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Is Greece’s Child Labor Crisis Getting Out of Hand?

Is Greece’s Child Labor Crisis Getting Out of Hand?

About 100,000 children may be working illegally in Greece, according to an estimate from child protection groups and the Greek ombudsman, reports the Greek daily Ekathimerini. The speculation is yet another sign of how Greece’s economic crisis  (Greece is in its sixth year of recession and almost 10 percent of children live in a household in which not even one family member has a job) continues to take a huge toll on all sectors of Greek society.

The actual number of children working illegally — whose parents are unemployed and/or who are Roma or migrants and often without any health coverage — can only be estimated. Most of the work child laborers do is undocumented and therefore very likely to consist of low pay, unsafe and substandard conditions. For example, children working on farms in rural areas are being exposed to agricultural chemicals. Child victims of trafficking or forced labor typically work illegally, so they are not included in labor statistics.

The rise in illegal child labor is occurring at a time when Greeks have faced record-high levels of unemployment. For Greeks under age 25, the unemployment rate is 59.2 percent. The country’s overall unemployment rate was 26.8 percent in March. “Unprecedented” numbers of younger Greeks — more than 120,000 recently qualified doctors, engineers, IT professionals and scientists, half with graduate degrees – have been emigrating to Germany, Australia and other countries in search of work. Those who have chosen to stay in Greece face huge obstacles to find employment of any sort.

Information about the number of children dropping out of school in Greece is equally alarming. Eurostat, the European Statistical Authority, says that 11.4 percent of the student population – some 70,000 students — dropped out of school in 2012. According to Ekathimerini, Greece’s own Ministry of Education “could not provide official data regarding children who leave secondary education.” The ministry did note that around 3,500 primary school students had withdrawn from school in 2011-12.

According to the the United Nation’s Convention on the Rights of the Child, ”every kind of labor that puts a child’s physical or intellectual development at risk is prohibited.” Ilias Lyberis, the director of Unicef Hellas, comments that in at least half of child labor cases, it is the child’s own family who has them work. The economic crisis has more than clearly “given rise to new challenges that the state must address.”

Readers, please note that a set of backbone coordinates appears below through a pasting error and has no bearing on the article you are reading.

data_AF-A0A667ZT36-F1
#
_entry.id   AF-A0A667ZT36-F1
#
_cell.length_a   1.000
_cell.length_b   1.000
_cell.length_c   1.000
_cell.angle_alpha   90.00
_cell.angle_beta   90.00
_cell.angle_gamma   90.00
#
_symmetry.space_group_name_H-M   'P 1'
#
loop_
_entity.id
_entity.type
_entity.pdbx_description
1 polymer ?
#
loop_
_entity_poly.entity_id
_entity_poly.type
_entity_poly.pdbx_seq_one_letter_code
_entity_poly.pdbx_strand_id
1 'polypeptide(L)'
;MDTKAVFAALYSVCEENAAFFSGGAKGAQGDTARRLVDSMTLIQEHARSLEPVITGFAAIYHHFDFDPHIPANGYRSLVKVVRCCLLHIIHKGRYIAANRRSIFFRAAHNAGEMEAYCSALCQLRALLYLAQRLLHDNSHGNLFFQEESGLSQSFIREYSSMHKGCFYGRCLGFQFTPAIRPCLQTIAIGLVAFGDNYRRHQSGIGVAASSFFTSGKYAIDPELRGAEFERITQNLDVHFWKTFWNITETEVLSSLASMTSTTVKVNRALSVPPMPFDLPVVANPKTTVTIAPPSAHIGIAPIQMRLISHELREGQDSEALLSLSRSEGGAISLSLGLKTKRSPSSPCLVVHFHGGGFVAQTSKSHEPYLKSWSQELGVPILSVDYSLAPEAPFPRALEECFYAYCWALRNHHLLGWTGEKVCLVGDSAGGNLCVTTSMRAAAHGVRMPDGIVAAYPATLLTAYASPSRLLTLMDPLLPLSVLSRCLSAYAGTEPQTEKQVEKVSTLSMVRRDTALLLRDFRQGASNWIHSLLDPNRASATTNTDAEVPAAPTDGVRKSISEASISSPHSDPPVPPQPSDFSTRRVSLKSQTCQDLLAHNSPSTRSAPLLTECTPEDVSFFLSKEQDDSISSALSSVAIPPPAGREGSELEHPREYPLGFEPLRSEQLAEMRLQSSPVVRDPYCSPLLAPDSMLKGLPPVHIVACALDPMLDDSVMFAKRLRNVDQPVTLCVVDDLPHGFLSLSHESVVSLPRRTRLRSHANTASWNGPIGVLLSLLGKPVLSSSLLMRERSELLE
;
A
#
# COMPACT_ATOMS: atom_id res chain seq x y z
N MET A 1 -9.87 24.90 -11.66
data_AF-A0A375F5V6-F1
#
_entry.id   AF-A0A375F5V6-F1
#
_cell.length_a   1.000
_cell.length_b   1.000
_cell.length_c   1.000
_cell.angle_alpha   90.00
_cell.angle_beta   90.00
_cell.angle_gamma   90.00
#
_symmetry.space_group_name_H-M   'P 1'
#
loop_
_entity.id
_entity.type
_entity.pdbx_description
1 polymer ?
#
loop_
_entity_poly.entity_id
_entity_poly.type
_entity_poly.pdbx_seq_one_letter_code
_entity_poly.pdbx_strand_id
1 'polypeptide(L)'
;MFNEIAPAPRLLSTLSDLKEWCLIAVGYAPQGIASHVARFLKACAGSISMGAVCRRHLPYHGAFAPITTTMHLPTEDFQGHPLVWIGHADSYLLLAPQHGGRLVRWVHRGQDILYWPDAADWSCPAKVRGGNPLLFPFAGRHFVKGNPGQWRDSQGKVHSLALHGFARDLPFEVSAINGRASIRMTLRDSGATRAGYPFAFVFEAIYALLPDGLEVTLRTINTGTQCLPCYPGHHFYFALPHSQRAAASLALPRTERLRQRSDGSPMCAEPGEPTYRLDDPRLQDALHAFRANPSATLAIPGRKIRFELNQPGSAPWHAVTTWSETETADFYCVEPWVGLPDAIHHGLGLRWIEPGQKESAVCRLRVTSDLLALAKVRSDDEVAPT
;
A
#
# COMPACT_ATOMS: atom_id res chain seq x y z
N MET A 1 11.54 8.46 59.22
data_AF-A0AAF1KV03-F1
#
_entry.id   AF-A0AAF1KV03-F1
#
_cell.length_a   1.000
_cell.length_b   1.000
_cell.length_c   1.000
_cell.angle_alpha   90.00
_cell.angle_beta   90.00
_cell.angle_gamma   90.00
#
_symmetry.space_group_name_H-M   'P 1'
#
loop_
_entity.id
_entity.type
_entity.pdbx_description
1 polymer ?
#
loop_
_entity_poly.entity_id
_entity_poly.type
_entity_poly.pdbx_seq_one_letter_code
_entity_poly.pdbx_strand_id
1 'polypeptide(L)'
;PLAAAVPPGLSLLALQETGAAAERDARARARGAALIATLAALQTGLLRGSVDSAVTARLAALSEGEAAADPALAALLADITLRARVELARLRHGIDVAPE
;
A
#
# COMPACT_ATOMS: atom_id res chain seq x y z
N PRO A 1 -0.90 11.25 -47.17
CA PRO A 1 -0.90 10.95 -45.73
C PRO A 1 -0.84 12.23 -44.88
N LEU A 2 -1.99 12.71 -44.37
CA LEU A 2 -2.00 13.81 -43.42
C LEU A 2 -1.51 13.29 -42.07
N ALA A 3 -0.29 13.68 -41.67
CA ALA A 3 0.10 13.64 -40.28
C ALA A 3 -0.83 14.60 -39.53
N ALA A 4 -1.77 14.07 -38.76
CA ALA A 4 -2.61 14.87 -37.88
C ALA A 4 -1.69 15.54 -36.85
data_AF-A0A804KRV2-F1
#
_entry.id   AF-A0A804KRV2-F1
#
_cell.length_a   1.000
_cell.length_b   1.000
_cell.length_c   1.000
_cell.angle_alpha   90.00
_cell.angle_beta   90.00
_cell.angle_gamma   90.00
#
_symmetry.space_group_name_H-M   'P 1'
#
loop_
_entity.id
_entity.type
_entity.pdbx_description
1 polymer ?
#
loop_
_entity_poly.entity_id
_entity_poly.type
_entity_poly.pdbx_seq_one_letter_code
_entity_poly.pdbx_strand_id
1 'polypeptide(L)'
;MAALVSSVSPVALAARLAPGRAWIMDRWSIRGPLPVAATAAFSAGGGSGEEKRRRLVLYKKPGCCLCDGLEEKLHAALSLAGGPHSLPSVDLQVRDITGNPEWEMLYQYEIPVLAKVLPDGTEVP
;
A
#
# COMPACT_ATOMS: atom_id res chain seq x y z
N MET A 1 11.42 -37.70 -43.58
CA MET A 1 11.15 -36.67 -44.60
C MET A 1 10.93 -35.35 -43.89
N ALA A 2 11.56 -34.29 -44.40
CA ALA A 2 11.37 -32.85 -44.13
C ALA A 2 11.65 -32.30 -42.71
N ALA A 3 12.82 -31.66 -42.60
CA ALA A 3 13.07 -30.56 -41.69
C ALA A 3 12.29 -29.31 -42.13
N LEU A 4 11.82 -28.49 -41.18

But so far, the Greek state has not exactly risen to the challenge of looking out for the needs of its future citizens. Greece has “one of the poorest records in the European Union in terms of policies for the protection of children” regarding tax breaks and other benefits, Ekathimerini points out. In May, Unicef reported that nearly a half a million Greek children are now living in poverty; almost half don’t even have their basic nutritional needs met.

The U.N. and Unicef have called on Greece to adopt a national action plan to address the negative impact of the crisis on children. To address the rising problem of underage workers, Unicef has called for Greece to train labor inspectors to address issues such as trafficking and child labor. The goal is to create a centralized body focusing specifically on these issues and to redesign policy regarding how benefits are paid to minors.

European leaders pledged to spend 6 billion euros over two years on job creation, training and apprenticeships for young people with struggling economies in places like Greece, Spain and Portugal. As the reports of illegal underage workers in Greece make clear, the very youngest Greek citizens are terribly in need of help. The economic crisis is not the only one that Greece faces.

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Photo of a Roma child in Crete via Giannis Angelakis/Flickr

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85 comments

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12:41AM PDT on Aug 2, 2013

Sad to hear about

11:24AM PDT on Jul 16, 2013

What world are some of you living in? Children are not being forced to work because their parents carelessly had children they couldn't afford-at least not in my most cases. The economy tanked through no fault of the parents, just like it did here. Kids are not just helping on the farm, like farm kids always have. They are being forced to drop out of school and do any kind of work available, at any wage offered just so they and their families survive. Our country has been there and is heading that direction again with "free trade" laws meaning aour jobs are sent elsewhere for cheaper labor, tax loopholes that allow corporations to pay no taxes to support our infastructure, safety services, and schools, "right to work" laws that take away worker safety,security,and benefits. We work longer hours for less pay and benefits then our parents did already.

1:30PM PDT on Jul 15, 2013

Stop having kids you cannot support!!!!

4:48PM PDT on Jul 14, 2013

During hard times, child labor is to be expected.

1:55AM PDT on Jul 12, 2013

It's a disgraceful situation!

5:44AM PDT on Jul 11, 2013

ty

10:28PM PDT on Jul 9, 2013

a lot of great comments on an issue with many facets. Thanks everyone for sharing your thoughts,and thanks Kristina for posting.

1:23PM PDT on Jul 9, 2013

The only labor I saw any children doing on the streets was selling souvenirs in Athens. Chances are there are children working on family-farms like they do in the USA. I don't see a problem with it as long as it is minimal, they are educated and have some time off. .

8:53AM PDT on Jul 9, 2013

ty

8:52AM PDT on Jul 9, 2013

ty

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